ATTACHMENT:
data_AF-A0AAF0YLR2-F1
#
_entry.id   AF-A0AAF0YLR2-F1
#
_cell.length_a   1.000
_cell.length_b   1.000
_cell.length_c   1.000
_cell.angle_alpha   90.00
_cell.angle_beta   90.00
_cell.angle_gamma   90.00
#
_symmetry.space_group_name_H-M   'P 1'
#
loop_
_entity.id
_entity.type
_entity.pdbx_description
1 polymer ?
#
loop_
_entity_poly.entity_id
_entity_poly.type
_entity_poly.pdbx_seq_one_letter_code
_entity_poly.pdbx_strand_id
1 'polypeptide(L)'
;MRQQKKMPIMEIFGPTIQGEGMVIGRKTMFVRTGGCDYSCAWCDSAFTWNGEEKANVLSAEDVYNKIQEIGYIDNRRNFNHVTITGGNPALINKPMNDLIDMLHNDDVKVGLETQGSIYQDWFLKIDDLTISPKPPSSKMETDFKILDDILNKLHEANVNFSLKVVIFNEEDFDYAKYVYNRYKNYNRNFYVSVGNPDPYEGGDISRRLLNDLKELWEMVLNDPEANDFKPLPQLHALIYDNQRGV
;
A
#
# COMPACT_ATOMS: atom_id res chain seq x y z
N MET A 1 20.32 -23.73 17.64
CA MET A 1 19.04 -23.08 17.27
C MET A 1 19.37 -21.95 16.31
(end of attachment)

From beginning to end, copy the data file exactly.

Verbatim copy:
data_AF-A0AAF0YLR2-F1
#
_entry.id   AF-A0AAF0YLR2-F1
#
_cell.length_a   1.000
_cell.length_b   1.000
_cell.length_c   1.000
_cell.angle_alpha   90.00
_cell.angle_beta   90.00
_cell.angle_gamma   90.00
#
_symmetry.space_group_name_H-M   'P 1'
#
loop_
_entity.id
_entity.type
_entity.pdbx_description
1 polymer ?
#
loop_
_entity_poly.entity_id
_entity_poly.type
_entity_poly.pdbx_seq_one_letter_code
_entity_poly.pdbx_strand_id
1 'polypeptide(L)'
;MRQQKKMPIMEIFGPTIQGEGMVIGRKTMFVRTGGCDYSCAWCDSAFTWNGEEKANVLSAEDVYNKIQEIGYIDNRRNFNHVTITGGNPALINKPMNDLIDMLHNDDVKVGLETQGSIYQDWFLKIDDLTISPKPPSSKMETDFKILDDILNKLHEANVNFSLKVVIFNEEDFDYAKYVYNRYKNYNRNFYVSVGNPDPYEGGDISRRLLNDLKELWEMVLNDPEANDFKPLPQLHALIYDNQRGV
;
A
#
# COMPACT_ATOMS: atom_id res chain seq x y z
N MET A 1 20.32 -23.73 17.64
CA MET A 1 19.04 -23.08 17.27
C MET A 1 19.37 -21.95 16.31